Like many of the Haus of Vovo’s exhibitions, the latest show, Holding Pattern, is colourful and eye-catching from the street – a signature of the gallery’s director and exhibition curator, Tricky Walsh.
Opening in January 2021 as a new addition to Tasmania’s cultural scene, Haus of Vovo is one of two new galleries in the small town of New Norfolk, half an hour’s drive north of Hobart. While the artworks in themselves are highly textured and colourful, it’s the striking yellow walls and painted gallery floors that pull the show together. The floors feature geometric patterning that gives the strange illusion of depth.
During this reviewer’s visit, a little girl pulled an adult to a stop outside the gallery, pointing at Troy Emery’s fantastical Spectral Kitten (2023), made up of clusters of colourful polyester pom-poms, and his slickly long-haired Pink Bellied Albino Quoll (2023). The girl’s eyes tracked to the tessellated floor and then the luminescent glass door. In this country town, Haus of Vovo stands out as a windowfront impossible to ignore.
The exhibition’s title is suggestive of something stuck in time, and yet there’s nothing staid about the mostly textile and fibre-work artworks that make up this show. From Elijah Money’s explicit fabric print, to Genevieve Griffiths’ architecture-inspired weavings, Jazz Money’s poetic text on basket-making and Kait James’ political embroideries, the works in Holding Pattern celebrate the sensuality and physicality of textiles while rejecting conservative associations.
James’ Tick Tock, We Won’t Stop (2023) repurposes Aboriginalia. The Wadawurrung artist has embroidered a 1984 “Aboriginal Art” tea towel decorated with Aboriginal art and motifs, obscuring the calendar print with a bold pink “It’s time” and adding fluorescent thread to the otherwise conservatively-toned memorial poles. James’ other work, Language Has Been Murdered (2021), features a pink-faced Senator Pauline Hanson embroidered over a similar “Aboriginal Art” calendar tea towel from 1978. A cartoon-like speech bubble include’s the senator’s famous divisive words “I’m Indigenous, I was born here”.
James’ additions enhance the kitschness of these once souvenir items, playing up the association between textiles and storytelling. They also draw attention to the damning disconnection between the somewhat romanticised motifs and depictions of Aboriginal culture, and the way in which Aboriginal people are treated.
Nicole O’Loughlin’s series of embroidered watercolours also combines contemporary symbols with more traditional motifs. Over decoratively painted foliage in the shape of lancet windows, O’Loughlin has delicately embroidered pieces of garbage. The brand names are immediately recognisable to a Tasmanian audience: McDonald’s fries spill from their red paper container into a mosaic of leaves, a Chiko Roll paper is snagged on a gumtree, and a Boag’s Draught can rests lightly on some pale leaves. An accompanying embroidery, Expulsion from the Garden (2021), depicts a naked couple, eyes-down as they shamefully walk through foliage, a soft drink container in hand. At odds with the ugliness of littering, the works are strikingly beautiful.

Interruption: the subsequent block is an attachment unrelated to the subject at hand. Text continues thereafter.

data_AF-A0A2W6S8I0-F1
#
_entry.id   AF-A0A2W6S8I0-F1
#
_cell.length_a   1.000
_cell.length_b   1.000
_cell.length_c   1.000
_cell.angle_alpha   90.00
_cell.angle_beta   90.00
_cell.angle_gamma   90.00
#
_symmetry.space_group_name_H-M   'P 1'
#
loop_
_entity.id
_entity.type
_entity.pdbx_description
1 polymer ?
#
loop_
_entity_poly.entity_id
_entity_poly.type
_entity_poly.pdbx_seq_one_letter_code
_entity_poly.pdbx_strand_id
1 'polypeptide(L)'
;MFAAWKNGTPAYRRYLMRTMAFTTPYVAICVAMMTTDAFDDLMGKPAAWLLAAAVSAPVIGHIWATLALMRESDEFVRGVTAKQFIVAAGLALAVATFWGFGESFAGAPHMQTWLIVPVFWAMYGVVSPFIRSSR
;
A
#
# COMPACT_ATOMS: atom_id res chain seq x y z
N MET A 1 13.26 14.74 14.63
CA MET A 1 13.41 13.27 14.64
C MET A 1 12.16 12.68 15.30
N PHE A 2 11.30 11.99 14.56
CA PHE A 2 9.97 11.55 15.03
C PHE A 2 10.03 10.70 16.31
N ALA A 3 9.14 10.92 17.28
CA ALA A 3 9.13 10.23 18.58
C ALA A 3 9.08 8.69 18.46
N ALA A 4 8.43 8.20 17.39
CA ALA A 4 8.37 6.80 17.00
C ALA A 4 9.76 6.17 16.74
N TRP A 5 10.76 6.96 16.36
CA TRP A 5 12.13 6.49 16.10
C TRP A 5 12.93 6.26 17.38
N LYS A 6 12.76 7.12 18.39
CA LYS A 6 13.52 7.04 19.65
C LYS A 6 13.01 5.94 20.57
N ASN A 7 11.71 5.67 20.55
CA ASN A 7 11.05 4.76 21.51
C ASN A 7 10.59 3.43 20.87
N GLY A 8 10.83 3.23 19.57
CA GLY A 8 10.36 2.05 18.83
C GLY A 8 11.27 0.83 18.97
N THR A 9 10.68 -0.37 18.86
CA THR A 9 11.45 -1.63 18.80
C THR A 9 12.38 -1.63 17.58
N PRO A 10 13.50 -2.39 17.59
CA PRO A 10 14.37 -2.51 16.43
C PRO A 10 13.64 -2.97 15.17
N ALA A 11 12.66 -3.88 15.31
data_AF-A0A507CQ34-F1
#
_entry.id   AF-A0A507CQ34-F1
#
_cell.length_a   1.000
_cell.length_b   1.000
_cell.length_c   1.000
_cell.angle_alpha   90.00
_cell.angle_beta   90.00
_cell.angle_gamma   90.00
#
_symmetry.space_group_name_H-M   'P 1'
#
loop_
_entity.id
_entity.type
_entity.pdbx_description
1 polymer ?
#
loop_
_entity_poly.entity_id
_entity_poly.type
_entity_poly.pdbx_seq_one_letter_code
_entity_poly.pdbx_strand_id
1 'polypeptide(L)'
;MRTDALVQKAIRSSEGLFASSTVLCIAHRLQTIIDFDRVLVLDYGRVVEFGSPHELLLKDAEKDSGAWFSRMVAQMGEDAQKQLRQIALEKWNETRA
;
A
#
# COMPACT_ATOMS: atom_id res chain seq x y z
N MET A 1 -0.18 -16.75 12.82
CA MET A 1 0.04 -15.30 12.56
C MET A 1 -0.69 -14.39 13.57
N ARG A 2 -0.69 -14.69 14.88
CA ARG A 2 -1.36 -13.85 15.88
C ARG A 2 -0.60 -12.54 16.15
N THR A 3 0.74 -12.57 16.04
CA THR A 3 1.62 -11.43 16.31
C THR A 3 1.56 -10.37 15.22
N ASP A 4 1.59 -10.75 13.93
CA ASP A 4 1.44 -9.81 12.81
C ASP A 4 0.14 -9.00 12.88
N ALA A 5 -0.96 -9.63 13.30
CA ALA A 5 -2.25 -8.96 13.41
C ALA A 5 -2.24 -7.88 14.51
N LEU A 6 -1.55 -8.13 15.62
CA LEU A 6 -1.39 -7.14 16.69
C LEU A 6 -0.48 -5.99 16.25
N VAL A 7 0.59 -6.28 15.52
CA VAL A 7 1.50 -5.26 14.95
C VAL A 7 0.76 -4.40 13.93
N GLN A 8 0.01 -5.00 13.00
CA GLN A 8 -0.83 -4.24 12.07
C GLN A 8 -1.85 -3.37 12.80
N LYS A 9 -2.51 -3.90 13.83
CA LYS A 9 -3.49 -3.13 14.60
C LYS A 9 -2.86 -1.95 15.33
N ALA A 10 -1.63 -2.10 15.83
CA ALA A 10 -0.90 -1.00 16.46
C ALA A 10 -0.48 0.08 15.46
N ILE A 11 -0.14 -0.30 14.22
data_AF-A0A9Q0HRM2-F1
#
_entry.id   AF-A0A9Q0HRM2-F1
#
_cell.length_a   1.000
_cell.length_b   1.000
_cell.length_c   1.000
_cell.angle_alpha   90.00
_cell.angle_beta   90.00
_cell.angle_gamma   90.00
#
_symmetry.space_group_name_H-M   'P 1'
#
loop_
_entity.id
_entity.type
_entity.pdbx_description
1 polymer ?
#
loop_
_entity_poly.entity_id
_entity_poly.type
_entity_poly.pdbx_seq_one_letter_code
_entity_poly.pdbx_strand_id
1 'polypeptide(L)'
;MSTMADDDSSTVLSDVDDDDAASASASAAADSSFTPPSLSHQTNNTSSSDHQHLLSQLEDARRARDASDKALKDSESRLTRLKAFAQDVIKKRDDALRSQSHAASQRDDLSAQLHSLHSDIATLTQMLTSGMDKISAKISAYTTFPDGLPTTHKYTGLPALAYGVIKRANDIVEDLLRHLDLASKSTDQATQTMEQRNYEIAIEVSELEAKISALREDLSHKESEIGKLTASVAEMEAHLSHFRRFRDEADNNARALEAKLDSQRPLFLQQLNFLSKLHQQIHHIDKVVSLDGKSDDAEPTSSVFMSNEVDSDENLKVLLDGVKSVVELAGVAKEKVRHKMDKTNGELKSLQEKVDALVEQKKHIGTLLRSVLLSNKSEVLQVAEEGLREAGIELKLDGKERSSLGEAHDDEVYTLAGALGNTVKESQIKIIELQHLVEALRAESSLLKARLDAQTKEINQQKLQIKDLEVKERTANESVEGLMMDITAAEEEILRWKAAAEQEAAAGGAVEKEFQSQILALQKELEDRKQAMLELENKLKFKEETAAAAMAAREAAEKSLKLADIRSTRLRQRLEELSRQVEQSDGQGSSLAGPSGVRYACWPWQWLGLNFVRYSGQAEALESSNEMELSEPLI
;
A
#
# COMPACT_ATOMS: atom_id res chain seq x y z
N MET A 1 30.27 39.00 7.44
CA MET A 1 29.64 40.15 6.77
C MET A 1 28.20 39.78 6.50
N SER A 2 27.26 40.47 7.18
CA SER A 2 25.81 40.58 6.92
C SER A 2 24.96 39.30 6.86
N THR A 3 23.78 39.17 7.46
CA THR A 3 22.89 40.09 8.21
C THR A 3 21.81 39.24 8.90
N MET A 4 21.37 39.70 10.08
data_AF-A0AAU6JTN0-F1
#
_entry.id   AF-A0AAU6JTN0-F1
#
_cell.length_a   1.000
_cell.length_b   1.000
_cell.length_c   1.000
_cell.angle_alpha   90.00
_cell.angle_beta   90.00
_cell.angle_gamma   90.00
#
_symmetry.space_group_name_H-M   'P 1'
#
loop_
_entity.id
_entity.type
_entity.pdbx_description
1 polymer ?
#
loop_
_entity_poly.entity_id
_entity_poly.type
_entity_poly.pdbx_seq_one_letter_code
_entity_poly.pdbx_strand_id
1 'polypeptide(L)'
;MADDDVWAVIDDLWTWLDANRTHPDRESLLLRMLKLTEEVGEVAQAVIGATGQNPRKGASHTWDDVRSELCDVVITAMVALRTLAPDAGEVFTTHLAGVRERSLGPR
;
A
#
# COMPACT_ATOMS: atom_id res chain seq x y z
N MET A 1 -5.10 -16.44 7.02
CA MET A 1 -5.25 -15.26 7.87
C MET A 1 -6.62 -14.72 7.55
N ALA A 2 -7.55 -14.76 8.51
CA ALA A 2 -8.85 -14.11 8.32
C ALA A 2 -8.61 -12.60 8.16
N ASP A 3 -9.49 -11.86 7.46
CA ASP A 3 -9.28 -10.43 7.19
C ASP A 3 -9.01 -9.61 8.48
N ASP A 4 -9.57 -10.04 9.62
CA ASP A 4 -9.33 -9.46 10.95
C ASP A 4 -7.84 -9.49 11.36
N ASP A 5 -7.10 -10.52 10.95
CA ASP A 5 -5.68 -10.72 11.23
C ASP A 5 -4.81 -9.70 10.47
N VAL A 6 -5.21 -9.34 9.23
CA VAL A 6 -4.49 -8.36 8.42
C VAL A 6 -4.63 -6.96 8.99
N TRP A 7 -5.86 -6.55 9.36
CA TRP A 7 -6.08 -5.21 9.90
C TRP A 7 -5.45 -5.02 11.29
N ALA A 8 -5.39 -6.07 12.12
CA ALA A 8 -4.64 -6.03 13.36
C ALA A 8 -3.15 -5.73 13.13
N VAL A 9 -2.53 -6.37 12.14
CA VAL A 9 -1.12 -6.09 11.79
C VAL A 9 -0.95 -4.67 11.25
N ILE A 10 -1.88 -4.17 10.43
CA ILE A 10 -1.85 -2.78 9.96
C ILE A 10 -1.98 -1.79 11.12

The tactile nature of fabric means that the temptation to touch textile artworks is always present. O’Loughlin’s embroidered doormat featuring the face of former Prime Minister, Scott Morrison, plays on the tension between the unwritten gallery rule of not touching the art, while highlighting the ubiquitous role of textiles in our everyday life. To enter the gallery, all visitors are forced to step on this hand-embroidered work, undermining authority in more ways than one.
It’s rare to see multigenerational family collaborations in contemporary art galleries, but given the familial tradition of handing down craft knowledge from generation to generation, it seems only appropriate that an exhibition celebrating fibre-work includes multiple mother-daughter collaborations. Jess Johnson and Cynthia Johnson’s Softmax (2023) quilt with its futuristic print is hung from a bar held by fierce pink claws, their sharpness at odds with the softness of the quilt.
Credited as Las Hermanas Iglesias (translated as “the sisters Iglesias”) and Bodhild Iglesias, the collaboration between sisters Janelle and Lisa, and their mother Bodhild, likewise draws attention to the effect of hanging textiles. Pinned to the wall, the knitted acrylic and wool blankets hang limply in the centre, billowing out in response to the stretch of surrounding fibres. It’s unclear as to whether the accompanying paintings, which echo the map-like patterning of the blankets, are the inspiration for or response to the knitted versions. The title, Mirror Mirror (2023), suggests this puzzle is deliberate.
The works in Holding Pattern celebrate texture and pattern, exploiting the cultural connotations of textile work knowingly and strategically. There’s an undercurrent of humour that threads through the exhibition, with many of the works unapologetically kitsch, and others proudly subversive. The resulting show is original and entertaining, and well worth the trip to New Norfolk.
Holding Pattern is on view at Haus of Vovo, New Norfolk, Tasmania from 19 August to 17 September; free.